Victoria, British Columbia, Canada, the province's capital and fourth largest city. It lies on the Strait of Juan de Fuca at the southern end of Vancouver Island, about 55 miles (90 km) southwest of the mainland city of Vancouver. Government is Victoria's main business. However, the city is also a major seaport and a manufacturing and tourist center. Leading industries include shipbuilding, lumber and paper milling, and food processing. The Pacific headquarters of the Canadian navy is in suburban Esquimalt.
Victoria is served by the Trans-Canada Highway and has an international airport Ferries link the city with Vancouver and other provincial ports and with Seattle, Port Angeles, and Anacortes in Washington.
Downtown Victoria, an area of commercial, industrial, and government buildings, borders the port and Victoria Harbor. Spacious residential districts fan out to the north and east. The city is often described as the most “English” in Canada and has many Victorian and Tudor-style buildings and lovely English gardens. Major attractions include the Empress Hotel, the massive, 19th-century provincial Parliament buildings, the Royal British Columbia Museum, Beacon Hill Park, and nearby Butchart Gardens. Victoria is the site of the University of Victoria and the Dominion Astrophysical Observatory.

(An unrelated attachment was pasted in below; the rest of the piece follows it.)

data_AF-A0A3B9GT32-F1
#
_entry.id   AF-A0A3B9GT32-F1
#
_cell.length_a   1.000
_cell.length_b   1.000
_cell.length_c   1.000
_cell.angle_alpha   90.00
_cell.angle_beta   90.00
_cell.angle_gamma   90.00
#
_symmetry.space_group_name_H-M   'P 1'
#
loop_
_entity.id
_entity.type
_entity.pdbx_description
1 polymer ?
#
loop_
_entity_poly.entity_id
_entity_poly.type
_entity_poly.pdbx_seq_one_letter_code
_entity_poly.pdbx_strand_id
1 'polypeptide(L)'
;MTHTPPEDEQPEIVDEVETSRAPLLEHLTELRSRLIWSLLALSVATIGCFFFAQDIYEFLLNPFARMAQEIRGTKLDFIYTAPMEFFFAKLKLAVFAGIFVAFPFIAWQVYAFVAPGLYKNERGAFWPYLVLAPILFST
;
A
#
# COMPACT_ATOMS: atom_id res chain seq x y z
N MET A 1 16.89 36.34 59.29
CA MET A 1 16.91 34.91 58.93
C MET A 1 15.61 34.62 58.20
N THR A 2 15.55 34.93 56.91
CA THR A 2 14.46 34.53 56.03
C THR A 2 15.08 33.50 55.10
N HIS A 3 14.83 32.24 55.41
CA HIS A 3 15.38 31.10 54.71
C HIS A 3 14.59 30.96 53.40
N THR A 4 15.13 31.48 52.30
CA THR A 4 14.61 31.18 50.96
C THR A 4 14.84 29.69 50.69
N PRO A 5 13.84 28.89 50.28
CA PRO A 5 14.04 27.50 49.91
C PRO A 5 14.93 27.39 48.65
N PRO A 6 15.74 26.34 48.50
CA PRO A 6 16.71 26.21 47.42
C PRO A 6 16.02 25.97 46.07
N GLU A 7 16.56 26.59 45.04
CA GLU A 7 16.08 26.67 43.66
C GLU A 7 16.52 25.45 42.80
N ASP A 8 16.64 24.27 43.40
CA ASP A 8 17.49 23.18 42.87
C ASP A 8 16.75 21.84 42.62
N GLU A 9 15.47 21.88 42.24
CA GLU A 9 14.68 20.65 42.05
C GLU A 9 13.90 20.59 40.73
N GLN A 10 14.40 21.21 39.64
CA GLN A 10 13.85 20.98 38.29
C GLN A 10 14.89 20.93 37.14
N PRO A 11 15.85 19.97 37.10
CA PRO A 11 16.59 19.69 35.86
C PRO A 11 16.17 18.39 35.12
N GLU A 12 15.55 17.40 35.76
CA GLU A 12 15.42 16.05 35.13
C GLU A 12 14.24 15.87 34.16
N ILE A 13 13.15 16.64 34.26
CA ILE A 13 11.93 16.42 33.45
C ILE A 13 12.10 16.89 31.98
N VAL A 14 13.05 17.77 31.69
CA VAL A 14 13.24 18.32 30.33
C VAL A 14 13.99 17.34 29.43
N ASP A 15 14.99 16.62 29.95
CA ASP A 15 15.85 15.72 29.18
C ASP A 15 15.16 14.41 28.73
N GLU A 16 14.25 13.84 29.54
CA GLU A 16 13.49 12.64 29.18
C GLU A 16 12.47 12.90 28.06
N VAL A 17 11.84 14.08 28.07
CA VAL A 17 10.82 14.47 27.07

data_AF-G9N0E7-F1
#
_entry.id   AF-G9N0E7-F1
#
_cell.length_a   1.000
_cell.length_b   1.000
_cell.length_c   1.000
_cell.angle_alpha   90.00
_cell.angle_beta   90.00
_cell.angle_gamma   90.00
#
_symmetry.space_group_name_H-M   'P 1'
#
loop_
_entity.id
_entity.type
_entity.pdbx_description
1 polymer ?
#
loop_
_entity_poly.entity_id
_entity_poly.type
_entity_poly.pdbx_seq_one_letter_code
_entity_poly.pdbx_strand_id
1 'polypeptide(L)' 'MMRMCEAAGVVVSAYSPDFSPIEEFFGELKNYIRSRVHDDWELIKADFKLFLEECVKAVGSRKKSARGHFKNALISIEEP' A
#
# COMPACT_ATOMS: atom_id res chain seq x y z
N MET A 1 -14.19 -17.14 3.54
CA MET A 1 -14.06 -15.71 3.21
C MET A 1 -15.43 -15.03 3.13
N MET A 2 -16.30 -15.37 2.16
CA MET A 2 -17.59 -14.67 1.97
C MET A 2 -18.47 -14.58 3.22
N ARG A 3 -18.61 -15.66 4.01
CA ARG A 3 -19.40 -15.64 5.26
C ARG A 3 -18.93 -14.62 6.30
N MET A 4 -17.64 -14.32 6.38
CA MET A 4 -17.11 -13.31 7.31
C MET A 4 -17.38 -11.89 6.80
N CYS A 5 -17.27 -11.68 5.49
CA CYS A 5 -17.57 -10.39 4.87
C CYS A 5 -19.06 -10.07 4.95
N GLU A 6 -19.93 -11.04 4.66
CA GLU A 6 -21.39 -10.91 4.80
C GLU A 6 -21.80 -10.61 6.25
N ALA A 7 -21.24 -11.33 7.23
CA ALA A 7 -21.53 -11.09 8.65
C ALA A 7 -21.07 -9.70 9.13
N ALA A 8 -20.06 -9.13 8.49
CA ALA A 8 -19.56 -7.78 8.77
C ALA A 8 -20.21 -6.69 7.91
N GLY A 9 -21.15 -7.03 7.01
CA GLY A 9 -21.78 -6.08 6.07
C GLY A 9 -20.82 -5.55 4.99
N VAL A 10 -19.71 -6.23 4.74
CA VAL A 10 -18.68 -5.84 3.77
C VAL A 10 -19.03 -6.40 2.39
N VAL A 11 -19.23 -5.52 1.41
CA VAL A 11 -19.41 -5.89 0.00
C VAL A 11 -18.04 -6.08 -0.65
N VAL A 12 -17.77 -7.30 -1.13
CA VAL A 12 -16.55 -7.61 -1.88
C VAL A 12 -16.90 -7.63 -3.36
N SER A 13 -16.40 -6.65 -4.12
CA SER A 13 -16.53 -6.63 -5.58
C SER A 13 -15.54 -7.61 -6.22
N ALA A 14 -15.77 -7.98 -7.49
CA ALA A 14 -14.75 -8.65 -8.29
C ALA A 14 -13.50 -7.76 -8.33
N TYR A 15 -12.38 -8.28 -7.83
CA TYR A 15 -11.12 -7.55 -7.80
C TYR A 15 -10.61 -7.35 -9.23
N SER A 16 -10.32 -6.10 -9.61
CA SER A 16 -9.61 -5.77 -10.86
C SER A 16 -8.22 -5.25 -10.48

Victoria was founded in 1843 as a trading post for the Hudson's Bay Company. It became the capital of the British colony of Vancouver Island six years later. With the discovery of gold on the mainland in 1858, the city grew rapidly as a port and a supply center for prospectors. Victoria was made the capital of the colony of British Columbia in 1868 and became the provincial capital in 1871.